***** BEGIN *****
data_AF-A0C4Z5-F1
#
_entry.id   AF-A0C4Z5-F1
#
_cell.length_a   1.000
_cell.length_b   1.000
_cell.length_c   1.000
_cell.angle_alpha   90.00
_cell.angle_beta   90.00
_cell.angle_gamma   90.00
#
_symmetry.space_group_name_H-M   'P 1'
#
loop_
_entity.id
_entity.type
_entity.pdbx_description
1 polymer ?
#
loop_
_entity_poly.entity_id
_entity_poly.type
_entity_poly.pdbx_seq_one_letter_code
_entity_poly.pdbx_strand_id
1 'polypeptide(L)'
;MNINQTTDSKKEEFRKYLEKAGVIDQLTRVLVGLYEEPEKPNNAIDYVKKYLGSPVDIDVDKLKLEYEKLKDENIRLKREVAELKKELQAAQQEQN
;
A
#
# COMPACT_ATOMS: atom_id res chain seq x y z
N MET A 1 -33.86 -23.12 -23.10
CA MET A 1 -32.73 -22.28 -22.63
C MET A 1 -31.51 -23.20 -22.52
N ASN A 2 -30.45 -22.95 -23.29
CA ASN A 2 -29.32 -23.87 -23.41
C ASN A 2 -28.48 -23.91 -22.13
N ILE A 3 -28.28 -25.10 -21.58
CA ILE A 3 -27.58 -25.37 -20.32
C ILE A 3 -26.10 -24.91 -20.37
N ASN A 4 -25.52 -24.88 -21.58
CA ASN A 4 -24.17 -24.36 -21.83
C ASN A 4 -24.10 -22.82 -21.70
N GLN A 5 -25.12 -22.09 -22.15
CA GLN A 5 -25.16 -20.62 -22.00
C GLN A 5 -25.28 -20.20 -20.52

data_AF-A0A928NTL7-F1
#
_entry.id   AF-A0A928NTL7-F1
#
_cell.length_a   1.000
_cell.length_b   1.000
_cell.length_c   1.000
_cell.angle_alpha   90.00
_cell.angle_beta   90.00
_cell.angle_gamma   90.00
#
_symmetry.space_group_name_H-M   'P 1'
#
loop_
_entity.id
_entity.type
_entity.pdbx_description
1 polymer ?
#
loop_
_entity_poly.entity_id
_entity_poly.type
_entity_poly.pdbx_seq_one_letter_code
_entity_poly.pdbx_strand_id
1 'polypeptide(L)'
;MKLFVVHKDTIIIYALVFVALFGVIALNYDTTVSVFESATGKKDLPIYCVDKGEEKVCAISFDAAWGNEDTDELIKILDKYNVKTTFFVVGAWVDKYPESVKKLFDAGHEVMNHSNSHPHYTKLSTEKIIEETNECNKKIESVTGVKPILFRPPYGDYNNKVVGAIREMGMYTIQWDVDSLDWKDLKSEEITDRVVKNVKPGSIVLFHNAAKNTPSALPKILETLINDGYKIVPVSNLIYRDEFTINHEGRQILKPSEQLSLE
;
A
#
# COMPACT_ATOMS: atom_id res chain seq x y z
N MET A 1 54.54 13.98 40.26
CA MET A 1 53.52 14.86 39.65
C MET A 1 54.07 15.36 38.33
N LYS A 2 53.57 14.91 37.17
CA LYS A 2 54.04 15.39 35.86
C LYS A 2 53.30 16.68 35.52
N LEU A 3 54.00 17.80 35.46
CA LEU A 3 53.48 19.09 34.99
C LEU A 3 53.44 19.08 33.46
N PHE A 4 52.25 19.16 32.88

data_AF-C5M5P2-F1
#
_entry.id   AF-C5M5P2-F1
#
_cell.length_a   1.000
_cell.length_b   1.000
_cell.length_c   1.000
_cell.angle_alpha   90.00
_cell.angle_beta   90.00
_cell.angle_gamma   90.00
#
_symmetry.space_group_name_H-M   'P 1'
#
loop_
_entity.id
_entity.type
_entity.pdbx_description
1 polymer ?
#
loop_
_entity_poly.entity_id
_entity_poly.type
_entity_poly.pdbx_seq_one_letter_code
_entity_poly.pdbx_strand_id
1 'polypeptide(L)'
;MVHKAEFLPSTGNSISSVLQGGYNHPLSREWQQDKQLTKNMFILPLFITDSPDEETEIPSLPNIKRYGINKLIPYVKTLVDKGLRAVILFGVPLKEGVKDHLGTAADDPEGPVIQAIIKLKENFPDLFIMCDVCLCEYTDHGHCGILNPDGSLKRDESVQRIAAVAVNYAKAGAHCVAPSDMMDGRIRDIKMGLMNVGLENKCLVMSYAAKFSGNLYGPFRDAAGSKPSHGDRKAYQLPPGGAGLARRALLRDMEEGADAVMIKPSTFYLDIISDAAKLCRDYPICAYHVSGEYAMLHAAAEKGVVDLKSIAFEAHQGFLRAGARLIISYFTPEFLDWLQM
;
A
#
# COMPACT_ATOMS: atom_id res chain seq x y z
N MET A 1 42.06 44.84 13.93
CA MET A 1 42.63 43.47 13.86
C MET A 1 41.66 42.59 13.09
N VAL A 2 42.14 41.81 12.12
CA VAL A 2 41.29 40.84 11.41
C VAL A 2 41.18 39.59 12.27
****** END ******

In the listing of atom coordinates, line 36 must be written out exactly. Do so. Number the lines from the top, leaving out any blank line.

C ASN A 2 -28.48 -23.91 -22.13